A Realistic ApproachBy Shahin Pirooz | Posted 2012-06-19 Email Print
Re-Thinking HR: What Every CIO Needs to Know About Tomorrow's Workforce
Here’s what you need to know to manage the onslaught of employee-owned smartphones and tablets in the workplace.
A Realistic Approach to BYOD
When developing a strategy to deal with the invasion of mobile devices, there are three potential approaches. You could forbid outside mobile devices because they are too hard to manage; you could allow unmanaged and insecure mobile devices; or you could develop a strategy and acquire tools to secure and manage both devices owned by the company and those owned by the employee.
The first two approaches aren’t feasible because employees don’t take kindly to being told not to use their personal devices for work. And, if you allow any unsecured device to connect to the enterprise network, you have the potential for viruses, hacker attacks and loss of vital corporate information—whether intended or unintended.
The third approach is the most realistic, giving employees the freedom to use their preferred devices while protecting corporate resources. Plus, it is a natural evolution of the IT staff’s duties. They are already managing servers and desktop computers, so smartphones and tablets should simply be an expansion of those endpoints.
There are many similar duties associated with traditional endpoint management and mobile device management. These include inventory, establishing security policies, configuration and encryption.
Whether you choose to manage mobile devices in-house or find a technology partner to assist in these efforts, it’s important to take a unified approach that incorporates both BYOD and existing endpoint management into a single solution with cohesive policies and controls.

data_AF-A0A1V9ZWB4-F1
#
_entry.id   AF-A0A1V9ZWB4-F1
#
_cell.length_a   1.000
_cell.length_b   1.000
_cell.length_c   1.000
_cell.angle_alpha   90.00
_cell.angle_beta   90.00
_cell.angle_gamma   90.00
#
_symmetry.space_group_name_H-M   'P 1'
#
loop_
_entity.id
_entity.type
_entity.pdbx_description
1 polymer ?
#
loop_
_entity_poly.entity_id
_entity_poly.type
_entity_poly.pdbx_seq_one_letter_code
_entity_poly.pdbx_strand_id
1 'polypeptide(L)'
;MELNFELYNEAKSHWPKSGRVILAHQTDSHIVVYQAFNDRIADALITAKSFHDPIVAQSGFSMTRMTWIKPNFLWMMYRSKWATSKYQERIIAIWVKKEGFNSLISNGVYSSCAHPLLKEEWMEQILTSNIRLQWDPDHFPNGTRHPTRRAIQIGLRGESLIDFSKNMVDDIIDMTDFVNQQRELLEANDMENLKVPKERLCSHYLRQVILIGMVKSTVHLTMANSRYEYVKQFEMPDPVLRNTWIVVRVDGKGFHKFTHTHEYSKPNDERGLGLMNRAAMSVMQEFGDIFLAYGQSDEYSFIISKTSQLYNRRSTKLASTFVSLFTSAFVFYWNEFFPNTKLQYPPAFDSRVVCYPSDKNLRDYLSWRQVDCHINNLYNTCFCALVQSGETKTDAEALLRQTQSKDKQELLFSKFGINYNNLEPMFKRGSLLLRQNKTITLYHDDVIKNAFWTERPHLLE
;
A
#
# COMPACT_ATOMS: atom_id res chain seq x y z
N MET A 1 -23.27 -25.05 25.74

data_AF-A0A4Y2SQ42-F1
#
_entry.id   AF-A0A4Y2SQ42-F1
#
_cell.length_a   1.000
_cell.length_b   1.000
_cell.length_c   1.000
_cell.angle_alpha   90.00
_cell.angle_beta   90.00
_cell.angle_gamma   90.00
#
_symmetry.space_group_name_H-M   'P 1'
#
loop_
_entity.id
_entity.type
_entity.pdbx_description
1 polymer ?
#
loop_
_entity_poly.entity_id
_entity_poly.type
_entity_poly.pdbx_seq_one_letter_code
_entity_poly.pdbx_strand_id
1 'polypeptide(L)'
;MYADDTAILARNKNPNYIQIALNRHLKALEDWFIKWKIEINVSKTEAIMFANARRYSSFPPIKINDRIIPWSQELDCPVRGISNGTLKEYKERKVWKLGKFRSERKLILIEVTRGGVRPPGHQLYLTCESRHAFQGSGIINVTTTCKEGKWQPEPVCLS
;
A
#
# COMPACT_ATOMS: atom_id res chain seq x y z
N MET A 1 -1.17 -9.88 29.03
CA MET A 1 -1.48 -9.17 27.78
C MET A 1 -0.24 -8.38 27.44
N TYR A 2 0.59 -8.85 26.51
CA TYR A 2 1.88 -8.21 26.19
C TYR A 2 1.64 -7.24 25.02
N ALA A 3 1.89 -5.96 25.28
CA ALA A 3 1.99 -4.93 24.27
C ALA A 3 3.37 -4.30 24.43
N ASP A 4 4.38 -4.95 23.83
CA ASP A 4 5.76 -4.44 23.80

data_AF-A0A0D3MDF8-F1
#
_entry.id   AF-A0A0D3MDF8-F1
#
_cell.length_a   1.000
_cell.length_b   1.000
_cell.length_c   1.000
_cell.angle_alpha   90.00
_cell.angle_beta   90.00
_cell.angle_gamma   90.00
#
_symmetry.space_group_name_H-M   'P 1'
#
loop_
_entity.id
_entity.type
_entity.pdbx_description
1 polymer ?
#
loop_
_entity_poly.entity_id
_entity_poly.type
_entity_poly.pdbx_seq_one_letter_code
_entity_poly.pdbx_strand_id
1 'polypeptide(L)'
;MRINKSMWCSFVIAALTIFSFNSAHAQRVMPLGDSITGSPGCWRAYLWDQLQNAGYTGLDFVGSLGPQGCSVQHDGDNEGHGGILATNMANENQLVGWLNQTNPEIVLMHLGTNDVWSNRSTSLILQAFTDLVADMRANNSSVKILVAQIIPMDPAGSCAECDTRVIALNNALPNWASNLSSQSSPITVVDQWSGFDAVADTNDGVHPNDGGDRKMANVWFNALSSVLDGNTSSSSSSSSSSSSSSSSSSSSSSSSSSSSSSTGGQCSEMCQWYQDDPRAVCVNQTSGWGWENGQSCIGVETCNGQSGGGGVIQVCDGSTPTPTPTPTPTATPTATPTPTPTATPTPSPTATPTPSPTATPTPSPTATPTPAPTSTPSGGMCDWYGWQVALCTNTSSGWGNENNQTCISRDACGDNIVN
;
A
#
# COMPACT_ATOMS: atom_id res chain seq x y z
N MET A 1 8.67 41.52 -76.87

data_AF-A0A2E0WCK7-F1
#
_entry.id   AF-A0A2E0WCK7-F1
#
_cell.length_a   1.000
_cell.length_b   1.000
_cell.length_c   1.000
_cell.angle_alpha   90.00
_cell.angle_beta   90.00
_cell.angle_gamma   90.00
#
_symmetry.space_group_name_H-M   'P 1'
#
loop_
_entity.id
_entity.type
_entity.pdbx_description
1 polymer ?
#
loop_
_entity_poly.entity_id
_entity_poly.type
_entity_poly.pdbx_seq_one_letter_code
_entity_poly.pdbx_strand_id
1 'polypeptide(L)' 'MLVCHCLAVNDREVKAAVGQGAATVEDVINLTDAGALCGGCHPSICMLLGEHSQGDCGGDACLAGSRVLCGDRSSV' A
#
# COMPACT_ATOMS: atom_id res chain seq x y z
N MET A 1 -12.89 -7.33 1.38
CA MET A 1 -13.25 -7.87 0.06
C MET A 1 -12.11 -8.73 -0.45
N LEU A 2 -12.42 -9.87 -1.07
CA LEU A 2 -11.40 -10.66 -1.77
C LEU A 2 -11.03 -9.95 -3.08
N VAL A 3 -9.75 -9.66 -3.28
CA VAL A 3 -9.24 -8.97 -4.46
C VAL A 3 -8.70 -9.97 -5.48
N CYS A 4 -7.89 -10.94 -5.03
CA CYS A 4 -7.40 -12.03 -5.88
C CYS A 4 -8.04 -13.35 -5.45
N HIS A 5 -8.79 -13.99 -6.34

endpoint management solution that is capable of supporting a BYOD strategy should
include the following:
·Platform support: Because you cannot control which wireless devices your employees use, IT should support, at a minimum, Apple’s iOS, Google’s Android, Nokia’s Symbian, Windows Phone and Windows Mobile.
· Management actions: To ensure security of corporate information if a mobile device is lost or the employee leaves the company, you should be able to selectively or completely wipe the device, remotely lock it and deny email access.
· Application management: You should be able to inventory applications on each device, develop an enterprise app store, and whitelist and blacklist apps.
·Policy and security management: You should not have to compromise existing security policies to employ a BYOD approach. An effective solution should enable you to maintain preferred password policies and support device encryption, jailbreak and root detection.
·Location services: In the event a device is lost or stolen, you should be able to track and locate it on a map.
·Enterprise access management: You should be able to configure email, VPN and WiFi to ensure that mobile device users have access only to the parts of the network or applications for which they are authorized.
By re-evaluating your approach to endpoint management to include support for the wide variety of mobile devices that your employees are using to access corporate resources, you can effectively support a BYOD strategy that improves worker productivity, reduces mobile costs, and enables you to ensure the security and performance of your network.
Shahin Pirooz is chief security officer and CTO at
CenterBeam, a provider of hosted IT services. He has expertise in IT
architecture, core tools, operating systems and programming languages. Pirooz
can be reached at email@example.com.